GILTI Tax For US Expatriates: What You Need to Know

In this blog post, we will provide a comprehensive overview of the GILTI tax, who is subject to it, and how it affects multinational corporations. We will also discuss the tax rates for GILTI income, and how to comply with GILTI tax regulations. We understand that GILTI tax can be a complex topic, which is why we encourage readers to consult with a tax professional to ensure compliance with the law and to determine their specific tax liability.

GILTI tax is a provision of the U.S. tax code that applies to U.S. taxpayers who own at least 10% of the shares of a controlled foreign corporation (CFC). The purpose of GILTI tax is to discourage profit shifting to low-tax countries by taxing the U.S. shareholder’s share of the CFC’s global intangible low-taxed income (GILTI). GILTI income is the CFC’s income from intangible assets, such as patents, trademarks, and copyrights, that is subject to a low rate of foreign tax.

The GILTI tax is calculated by taking the taxpayer’s net CFC tested income (which is the CFC’s gross income minus certain deductions) and reducing it by a deemed return on the CFC’s tangible assets. This deemed return is calculated as 10% of the CFC’s qualified business asset investment (QBAI), which is the CFC’s average aggregate adjusted bases in its tangible property used in its trade or business. The resulting amount is then multiplied by the GILTI tax rate, which is currently 10.5%.

It is important to note that the GILTI tax is a separate tax from the regular income tax and is calculated and reported on a taxpayer’s Form 8992 (Part of the IRS form 5471).

If the taxpayer takes the money out of the corporation as wages or dividends or if their corporate income tax rate is more than 18.9%, they may not have to pay GILTI tax.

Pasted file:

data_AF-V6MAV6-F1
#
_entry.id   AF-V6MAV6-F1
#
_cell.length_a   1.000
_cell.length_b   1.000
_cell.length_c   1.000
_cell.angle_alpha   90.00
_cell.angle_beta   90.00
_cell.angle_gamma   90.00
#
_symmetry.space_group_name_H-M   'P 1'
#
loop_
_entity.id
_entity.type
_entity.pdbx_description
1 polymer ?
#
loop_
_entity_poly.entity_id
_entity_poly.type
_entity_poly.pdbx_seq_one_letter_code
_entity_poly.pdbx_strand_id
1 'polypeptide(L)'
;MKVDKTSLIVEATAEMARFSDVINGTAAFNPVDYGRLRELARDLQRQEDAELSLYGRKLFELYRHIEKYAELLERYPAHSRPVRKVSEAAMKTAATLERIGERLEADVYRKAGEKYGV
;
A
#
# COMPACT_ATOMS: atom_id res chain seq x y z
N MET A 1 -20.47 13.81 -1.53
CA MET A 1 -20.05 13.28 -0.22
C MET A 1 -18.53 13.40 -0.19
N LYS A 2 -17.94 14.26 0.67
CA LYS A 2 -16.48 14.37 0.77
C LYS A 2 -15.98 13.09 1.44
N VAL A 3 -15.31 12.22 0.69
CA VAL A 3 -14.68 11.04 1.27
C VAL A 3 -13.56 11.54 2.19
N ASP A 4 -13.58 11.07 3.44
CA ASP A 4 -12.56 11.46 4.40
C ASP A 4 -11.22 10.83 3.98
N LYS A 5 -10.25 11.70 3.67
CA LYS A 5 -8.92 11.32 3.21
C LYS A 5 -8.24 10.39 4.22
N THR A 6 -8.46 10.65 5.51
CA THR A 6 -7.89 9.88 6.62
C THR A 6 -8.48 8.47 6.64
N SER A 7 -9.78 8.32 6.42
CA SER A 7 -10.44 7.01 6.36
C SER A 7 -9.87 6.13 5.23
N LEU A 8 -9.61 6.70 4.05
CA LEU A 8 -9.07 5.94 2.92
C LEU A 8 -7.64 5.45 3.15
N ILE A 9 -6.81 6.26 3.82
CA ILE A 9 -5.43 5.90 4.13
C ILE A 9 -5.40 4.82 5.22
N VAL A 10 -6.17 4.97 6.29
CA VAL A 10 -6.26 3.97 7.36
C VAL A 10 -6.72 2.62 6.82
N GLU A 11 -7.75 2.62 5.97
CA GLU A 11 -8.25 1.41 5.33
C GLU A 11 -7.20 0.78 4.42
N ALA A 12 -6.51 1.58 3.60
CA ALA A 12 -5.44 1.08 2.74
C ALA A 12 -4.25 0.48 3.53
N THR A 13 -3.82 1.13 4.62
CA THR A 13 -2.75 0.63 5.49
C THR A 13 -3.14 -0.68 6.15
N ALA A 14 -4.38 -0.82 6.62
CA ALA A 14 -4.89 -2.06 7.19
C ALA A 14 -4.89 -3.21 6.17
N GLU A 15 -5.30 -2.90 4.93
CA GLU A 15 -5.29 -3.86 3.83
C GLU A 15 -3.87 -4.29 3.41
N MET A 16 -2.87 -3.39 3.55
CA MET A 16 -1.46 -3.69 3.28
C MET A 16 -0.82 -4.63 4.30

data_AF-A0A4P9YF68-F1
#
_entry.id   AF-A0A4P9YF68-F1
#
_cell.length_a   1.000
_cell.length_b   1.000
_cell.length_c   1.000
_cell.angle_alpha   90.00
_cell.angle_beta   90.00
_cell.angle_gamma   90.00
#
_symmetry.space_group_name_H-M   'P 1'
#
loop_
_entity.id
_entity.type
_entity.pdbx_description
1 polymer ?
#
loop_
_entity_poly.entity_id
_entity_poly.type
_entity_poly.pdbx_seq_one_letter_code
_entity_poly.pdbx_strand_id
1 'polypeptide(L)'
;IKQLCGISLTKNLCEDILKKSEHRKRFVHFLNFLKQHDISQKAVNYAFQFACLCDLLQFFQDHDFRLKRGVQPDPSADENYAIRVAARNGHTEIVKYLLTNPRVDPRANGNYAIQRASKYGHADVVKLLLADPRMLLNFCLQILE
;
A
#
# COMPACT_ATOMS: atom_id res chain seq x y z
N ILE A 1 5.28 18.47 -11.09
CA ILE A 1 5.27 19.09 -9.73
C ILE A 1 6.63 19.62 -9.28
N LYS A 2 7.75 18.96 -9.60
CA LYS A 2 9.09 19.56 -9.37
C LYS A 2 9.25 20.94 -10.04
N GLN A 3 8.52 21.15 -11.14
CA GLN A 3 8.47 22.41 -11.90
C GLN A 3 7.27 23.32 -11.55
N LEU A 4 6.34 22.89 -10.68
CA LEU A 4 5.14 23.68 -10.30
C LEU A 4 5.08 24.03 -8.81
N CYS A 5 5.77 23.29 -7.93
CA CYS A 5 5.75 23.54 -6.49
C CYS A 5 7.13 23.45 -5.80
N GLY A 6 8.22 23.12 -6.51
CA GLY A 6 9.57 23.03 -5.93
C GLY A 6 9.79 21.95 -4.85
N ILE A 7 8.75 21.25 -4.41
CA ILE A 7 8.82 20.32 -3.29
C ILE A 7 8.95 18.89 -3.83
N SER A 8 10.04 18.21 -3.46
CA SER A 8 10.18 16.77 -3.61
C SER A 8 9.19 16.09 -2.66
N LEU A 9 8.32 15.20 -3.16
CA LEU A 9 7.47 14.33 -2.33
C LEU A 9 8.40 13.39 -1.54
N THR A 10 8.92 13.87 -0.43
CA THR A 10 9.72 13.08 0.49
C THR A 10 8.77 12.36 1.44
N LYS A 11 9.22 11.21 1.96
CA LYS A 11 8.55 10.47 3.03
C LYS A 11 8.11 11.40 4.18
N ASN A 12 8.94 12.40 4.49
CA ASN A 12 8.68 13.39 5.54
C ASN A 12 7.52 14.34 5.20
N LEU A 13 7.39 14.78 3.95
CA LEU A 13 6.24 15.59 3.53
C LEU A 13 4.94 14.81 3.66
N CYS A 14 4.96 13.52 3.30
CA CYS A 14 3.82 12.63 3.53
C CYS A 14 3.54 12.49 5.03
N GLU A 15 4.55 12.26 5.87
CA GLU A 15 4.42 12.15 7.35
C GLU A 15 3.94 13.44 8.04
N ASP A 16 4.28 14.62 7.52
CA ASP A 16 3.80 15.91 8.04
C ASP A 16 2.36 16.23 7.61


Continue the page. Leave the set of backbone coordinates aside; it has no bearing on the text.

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John Richardson - To punish 100 GILTI Corporations is to punish millions more individuals

Introduction: As Goes Tax Reform For US Multinationals, So Escalates The Harm To Individual Americans Abroad

The Problem: The proposed changes in International Tax (mostly in relation to corporations) will affect numerically more individuals than corporations. The effects on Americans abroad, who run small businesses outside the United States, will be absolutely devastating.

Two Solutions: Suggestions for how to protect individuals (including Americans abroad) would be to make changes to the Subpart F regime – GILTI, etc. There are at least two ways this change can be achieved:

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Gilti Tax - John Richardson

In December 2017 the U.S. Tax Cuts and Jobs Act imposed confiscatory taxation on the U.S. citizen shareholders of many small business corporations located outside the United States. Canadian residents have been severely impacted by this. Monte Silver is a U.S. citizen tax lawyer based in Israel who has been very active in both tax advocacy on behalf of Americans abroad and litigation.

On December 24, 2019 his lawsuit against U.S. treasury achieved a major victory in the ongoing quest for “tax justice” for individuals living outside the United States who are also U.S. citizens. This is the fourth time that John Richardson has interviewed Monte Silver on these issues. This story is far from over!

Watch This You Tube Video

You Should Also Read This Blog By John Richardson.